Home Celebrities

The world mourns passing of two ’60s rock pioneers who died mere days apart

Not one but two '60s rock pioneers died within only two days of each other.

Photo by Rick Diamond/Getty Images for IEBA

When legends of rock and roll pass into greener pastures, it’s hard for fans to take. We have to remember them from the music they left behind because they won’t be releasing anything else. This time it hits twice as hard as we have lost not one but two of the greats. It’s a sad report to announce that Kim Simmonds of Savoy Brown and Dino Danelli of The Young Rascals have passed away within only days of each other.

Recommended Videos

Kim Simmonds was a legend in blues from the U.K. who gained his fame in the U.S. when his band, Savoy Brown, arrived at the tail end of the ’60s British Invasion. He kept it that way, rocking with the likes of Rod Stewart and The Faces. Born in 1947 in a small town called Newbridge in South Wales, at the tender age of 18, he formed Savoy Brown in 1965 and remained its only original member.

On the Savoy Brown website in August, Simmonds informed his fans, “I’ve had to cancel the remaining gigs for this year so I think this is a good time to let everyone know what is going on. For close to a year now I’ve been battling stage 4 colon cancer.” He had been undergoing chemotherapy until the tweet fans had dreaded.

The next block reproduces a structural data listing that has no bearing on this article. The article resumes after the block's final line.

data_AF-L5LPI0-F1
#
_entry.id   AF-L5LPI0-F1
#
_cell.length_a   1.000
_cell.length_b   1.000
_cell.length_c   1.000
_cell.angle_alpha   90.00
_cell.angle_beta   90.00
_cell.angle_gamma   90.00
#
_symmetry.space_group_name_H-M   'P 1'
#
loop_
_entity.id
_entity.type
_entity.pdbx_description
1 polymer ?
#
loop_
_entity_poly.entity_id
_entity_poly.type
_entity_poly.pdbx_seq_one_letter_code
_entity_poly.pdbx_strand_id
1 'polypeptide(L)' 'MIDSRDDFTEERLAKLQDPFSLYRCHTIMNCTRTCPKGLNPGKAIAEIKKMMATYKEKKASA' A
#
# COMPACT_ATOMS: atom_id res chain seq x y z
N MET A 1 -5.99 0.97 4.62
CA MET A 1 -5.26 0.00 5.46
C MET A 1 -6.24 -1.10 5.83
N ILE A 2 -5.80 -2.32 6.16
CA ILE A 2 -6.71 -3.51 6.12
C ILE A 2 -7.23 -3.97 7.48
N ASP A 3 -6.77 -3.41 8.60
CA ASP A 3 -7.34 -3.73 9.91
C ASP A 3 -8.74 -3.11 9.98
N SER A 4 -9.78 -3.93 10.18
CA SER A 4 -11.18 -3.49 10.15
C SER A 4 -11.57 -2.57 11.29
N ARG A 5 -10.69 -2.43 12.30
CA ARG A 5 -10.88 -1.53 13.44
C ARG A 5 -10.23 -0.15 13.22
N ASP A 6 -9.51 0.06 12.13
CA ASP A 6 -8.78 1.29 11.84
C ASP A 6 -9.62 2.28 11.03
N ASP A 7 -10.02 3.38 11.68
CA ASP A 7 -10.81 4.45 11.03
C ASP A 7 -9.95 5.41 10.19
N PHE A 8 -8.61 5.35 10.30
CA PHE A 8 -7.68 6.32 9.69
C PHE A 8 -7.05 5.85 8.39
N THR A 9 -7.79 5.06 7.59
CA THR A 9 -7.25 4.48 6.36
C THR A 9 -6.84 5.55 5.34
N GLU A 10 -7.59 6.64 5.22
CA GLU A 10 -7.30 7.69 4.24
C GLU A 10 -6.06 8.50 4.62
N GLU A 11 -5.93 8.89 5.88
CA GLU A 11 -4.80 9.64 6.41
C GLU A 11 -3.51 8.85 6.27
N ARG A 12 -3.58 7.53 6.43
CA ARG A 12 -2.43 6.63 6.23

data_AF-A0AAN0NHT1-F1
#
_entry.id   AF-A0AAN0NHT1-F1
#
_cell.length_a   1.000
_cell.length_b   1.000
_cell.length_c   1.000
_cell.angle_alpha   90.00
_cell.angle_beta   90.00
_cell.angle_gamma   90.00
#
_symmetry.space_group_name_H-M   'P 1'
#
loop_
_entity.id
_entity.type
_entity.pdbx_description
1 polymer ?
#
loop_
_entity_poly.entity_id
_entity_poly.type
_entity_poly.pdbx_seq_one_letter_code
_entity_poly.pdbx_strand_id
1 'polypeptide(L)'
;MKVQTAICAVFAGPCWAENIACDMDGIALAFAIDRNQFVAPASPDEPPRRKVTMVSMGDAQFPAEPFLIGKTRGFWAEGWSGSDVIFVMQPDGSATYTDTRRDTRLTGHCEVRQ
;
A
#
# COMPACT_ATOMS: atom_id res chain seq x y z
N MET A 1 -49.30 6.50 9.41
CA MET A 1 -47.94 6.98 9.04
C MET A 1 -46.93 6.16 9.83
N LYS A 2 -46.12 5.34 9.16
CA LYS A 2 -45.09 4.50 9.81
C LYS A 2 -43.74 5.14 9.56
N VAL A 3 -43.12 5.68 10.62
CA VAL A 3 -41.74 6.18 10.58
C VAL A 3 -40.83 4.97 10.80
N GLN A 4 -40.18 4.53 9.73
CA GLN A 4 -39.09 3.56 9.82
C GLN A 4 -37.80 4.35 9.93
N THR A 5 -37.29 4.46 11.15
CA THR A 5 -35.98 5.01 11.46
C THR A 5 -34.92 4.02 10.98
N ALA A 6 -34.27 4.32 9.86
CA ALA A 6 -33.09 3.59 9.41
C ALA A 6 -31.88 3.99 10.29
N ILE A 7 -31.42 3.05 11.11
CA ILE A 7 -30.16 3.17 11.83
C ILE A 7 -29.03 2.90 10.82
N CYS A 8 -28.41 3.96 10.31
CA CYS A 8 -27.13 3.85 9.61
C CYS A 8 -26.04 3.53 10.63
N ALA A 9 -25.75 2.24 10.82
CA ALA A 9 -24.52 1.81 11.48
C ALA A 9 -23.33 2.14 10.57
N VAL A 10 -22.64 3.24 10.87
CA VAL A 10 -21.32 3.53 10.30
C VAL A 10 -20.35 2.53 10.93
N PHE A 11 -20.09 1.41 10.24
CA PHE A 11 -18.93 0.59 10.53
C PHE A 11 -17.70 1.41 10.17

When they heard the news, many celebrities gave their condolences. Fellow blues guitarist Joe Bonamassa was one of the first to post.

“Bad to the Bone” boogie-blues guitarist George Thorogood felt the loss deeply.

The late Lonesome Dave once played rhythm guitar and was the lead singer of Savoy Brown before starting Foghat. Another Foghat founding member, Roger Earl, played in the band as well. With the passing of Simmonds, Foghat’s message was felt by fans worldwide.

Inducted into the Rock and Roll Hall of Fame in 1997, Dino Danelli was one of the founding members of The Young Rascals. Born in 1944, he came out of New Jersey to polish his talents by playing around in New York, New Orleans, and Las Vegas before joining forces with Felix Cavaliere, Eddie Brigati, and Gene Cornish.

In a very touching memorial, Danelli’s spokesperson Joe Russo took to his Facebook page to share a video and answer questions that fans had about the legendary drummer’s passing on December 15. In Russo’s report, the death was mainly due to coronary artery disease and congestive heart failure along with other complications.

Steven Van Zandt of Bruce Springsteen and the E Street Band felt the loss.

Saxophonist Eddie Manion used to play with the legend back in the day.

This long-time fan noticed the loss of both legends.

Words are hard to find when a legend passes, and it seems like there will never be anyone to fill the void. That’s why it’s deeply sad that two left us so close together.